The total budget for the KOCBC grew from an approved $30,955 in 2001-2002 to $52,600 in 2008-2009, or 70 percent in seven years.

Even with the increased spending for McNally’s salary for 2008-2009, however, the final KOCBC spending for 2008-2009 was $5,439 less than had been allocated in the budget.

McNally spent only $7 of the $2,500 budgeted for travel, and only $522 of the $1,200 budgeted for education and training.

Under Chairman Davis, the budgets for the KBOC were prepared by staff who reported to Davis, and the BOC reviewed and voted on the budgets.

Last spring, the four other BOC members asserted their rights to be involved in the budgeting process, with Commission John Daniell being particularly outspoken in making that argument.

The BOC put the new procedure in place for the future as part of the reorganization plan it adopted–over Davis’ objection--on Aug. 4.

In response to my open records request, the county provided me with three contracts between the county and McNally.

The first was signed on Oct. 1, 1991, and provided McNally $400 per month in salary. The second was for Nov. 7, 2005, and set the salary at $25,000. The third was for July 1, 2007, and set the "base" salary at $33,500 and stipulated that the "Board of Commissioners" would set the final figure "during the budget approval process."

This final document stated that the agreement would be continued annually and that the level of compensation would be "contained in the annual budget as approved by the Board of Commissioners."

It also specified that cost of living adjustments would be made to the salary.

Former BOC Chairman Wendell Dawson had signed the first of these contracts, and current Chairman Davis signed the second two.

When I met with Benko in his office on Dec. 11 to go over the Keep Oconee County Beautiful Commission budgets, he explained the discrepancy between the amount budgeted by the BOC for McNally’s salary last year and the amount he received by saying that Davis made the decision to give McNally the "cost of living" salary increase.

The cost of living adjustment had not been applied to McNally by the Board of Commissioners when it approved the budget for 2008-2009.

Davis and McNally live less than a mile apart in the southeastern part of the county. McNally’s address is 1510 Wildcat Ridge Road, while Davis lives at 1772 Oliver Bridge Road.

According to county tax records, the 11-acre tract McNally owns has a small common border with the 11-acre tract owned by Davis and his wife.

Porter, chosen subsequently to be executive director of KOCBC, and two other members of that group appeared at the meeting of the Board of Commissioners on June 23 asking that McNally’s salary be included in the budget.

BOC Chairman Davis sided with the KOCBC at that meeting, pitting himself against the other four members. The full BOC restored the $12,000 part of the salary as a compromise.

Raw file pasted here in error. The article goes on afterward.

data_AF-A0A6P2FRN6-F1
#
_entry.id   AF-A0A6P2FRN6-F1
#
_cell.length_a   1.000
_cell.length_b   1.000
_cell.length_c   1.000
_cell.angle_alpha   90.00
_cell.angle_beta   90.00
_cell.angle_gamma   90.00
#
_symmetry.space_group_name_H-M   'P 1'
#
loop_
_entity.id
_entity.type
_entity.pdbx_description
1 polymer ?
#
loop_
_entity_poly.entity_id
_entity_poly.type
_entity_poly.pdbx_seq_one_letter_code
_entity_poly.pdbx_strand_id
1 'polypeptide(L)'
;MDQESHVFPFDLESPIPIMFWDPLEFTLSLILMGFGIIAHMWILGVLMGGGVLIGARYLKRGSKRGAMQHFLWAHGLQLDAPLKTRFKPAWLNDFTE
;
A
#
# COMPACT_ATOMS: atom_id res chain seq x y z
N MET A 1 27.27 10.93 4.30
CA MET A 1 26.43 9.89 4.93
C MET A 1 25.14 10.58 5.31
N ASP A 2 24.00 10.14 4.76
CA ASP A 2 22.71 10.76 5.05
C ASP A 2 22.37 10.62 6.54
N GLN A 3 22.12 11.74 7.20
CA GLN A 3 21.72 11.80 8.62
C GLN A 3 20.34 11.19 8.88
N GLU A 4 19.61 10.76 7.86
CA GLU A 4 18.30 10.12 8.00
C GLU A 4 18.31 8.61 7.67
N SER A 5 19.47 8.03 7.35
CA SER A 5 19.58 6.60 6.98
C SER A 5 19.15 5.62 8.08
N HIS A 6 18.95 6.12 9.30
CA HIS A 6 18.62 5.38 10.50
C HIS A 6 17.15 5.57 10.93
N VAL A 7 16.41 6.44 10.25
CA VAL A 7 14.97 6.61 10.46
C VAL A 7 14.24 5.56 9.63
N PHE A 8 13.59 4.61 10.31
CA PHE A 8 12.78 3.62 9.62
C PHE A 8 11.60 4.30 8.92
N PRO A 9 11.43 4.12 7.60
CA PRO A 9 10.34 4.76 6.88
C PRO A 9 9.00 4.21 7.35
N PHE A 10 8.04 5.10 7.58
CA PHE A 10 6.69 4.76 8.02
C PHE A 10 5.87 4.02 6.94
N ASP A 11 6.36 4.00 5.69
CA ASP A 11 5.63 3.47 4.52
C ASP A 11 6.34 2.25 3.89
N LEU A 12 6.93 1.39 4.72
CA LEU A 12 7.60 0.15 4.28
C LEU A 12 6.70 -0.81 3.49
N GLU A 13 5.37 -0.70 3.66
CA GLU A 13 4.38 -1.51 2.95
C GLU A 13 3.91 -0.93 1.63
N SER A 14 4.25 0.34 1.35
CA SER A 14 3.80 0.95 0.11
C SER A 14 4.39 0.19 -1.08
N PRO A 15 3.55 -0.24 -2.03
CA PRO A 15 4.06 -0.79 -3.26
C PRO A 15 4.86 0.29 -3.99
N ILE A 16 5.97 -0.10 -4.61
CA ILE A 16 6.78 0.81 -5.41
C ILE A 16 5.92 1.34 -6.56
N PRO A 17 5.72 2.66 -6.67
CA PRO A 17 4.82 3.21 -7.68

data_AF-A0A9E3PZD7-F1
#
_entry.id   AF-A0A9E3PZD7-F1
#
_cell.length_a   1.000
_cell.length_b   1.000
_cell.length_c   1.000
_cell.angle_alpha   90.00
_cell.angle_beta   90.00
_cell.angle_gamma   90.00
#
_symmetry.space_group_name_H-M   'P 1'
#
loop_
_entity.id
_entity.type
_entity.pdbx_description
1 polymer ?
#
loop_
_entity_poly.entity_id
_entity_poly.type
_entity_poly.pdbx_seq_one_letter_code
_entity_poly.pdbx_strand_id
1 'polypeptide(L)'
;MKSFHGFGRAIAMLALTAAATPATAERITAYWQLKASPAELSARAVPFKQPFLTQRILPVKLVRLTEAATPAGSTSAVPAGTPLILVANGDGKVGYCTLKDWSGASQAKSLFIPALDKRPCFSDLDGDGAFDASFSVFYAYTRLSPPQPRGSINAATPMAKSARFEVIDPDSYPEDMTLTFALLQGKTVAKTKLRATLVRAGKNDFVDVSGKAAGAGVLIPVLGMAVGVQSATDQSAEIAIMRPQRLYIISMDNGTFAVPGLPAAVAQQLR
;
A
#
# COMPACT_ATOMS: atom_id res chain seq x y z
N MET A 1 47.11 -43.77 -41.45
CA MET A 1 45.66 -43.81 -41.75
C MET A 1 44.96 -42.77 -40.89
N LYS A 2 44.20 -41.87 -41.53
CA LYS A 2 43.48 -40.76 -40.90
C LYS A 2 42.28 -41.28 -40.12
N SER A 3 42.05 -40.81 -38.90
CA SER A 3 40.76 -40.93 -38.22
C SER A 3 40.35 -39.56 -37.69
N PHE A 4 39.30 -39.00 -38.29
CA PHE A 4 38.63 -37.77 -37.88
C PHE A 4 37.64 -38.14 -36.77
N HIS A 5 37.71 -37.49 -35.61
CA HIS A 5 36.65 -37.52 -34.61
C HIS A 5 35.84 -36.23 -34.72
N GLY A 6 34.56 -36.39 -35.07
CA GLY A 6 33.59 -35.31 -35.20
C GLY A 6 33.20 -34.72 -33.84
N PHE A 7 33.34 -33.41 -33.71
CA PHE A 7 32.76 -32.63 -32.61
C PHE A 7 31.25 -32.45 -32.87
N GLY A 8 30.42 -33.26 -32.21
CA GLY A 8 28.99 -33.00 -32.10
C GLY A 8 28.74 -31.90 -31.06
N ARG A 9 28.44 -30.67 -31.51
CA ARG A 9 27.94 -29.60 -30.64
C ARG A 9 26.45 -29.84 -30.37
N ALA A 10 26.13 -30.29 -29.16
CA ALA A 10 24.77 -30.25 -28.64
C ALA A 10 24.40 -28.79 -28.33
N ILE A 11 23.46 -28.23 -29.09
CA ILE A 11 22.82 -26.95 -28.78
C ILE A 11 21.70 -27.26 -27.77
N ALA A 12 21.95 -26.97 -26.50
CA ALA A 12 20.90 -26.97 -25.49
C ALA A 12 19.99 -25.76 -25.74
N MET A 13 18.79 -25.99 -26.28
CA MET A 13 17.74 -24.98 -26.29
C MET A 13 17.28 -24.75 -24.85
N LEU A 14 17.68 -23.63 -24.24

KOCBC and its predecessor have been active in the county for nearly 20 years, and its members argued during the controversy that McNally had been instrumental in many of its programs.

The group has a wide range of activities scheduled for this fiscal year, including chipping of Christmas trees, old phone book collection, the Adopt-A-Mile program to encourage organizations to clean up litter, and the Great American Cleanup conducted in collaboration with National Keep America Beautiful, of which the KOCBC is an affiliate.

Among its other activities are school education programs, cleanup of the banks of the Apalachee River, a compost bin sale, electronics recycling, and participation in a teacher reuse store.

At the Oct. 5 meeting, Mary Mellein, chair of KOCBC, said the commission had thought it needed a full-time, paid executive director to meet the requirements to be an affiliate of Keep American Beautiful. The commission learned after McNally’s salary had been cut from the budget that a non-paid, volunteer executive director is sufficient, she said.

Porter will use office space in the Utility Department previously set aside for McNally and coordinate her work with Amy Morrison, stormwater and environmental coordinator in the Public Works Department.

Porter is one of 14 members of the Keep Oconee County Beautiful Commission and a local businesswoman.

Members of KOCBC are appointed by the Board of Commissioners.

On July 16, after the BOC had voted on the 2009-2010 budget and cut McNally’s salary, both Commission Chairman Davis and Commissioner Daniell met with the KOCBC.

According to minutes of the meeting prepared by KOCBC member Marge McKee, Davis opened the meeting and led a discussion of the future of the group. McKee’s reported that Davis said the "BOC felt that the job (of executive director) could be done in-house and save the county $35,000."

Daniell didn’t get much attention in McKee’s notes.

"In retrospect, he (Daniell) agreed that communication regarding John McNally’s position was ‘terrible’," McKee reported.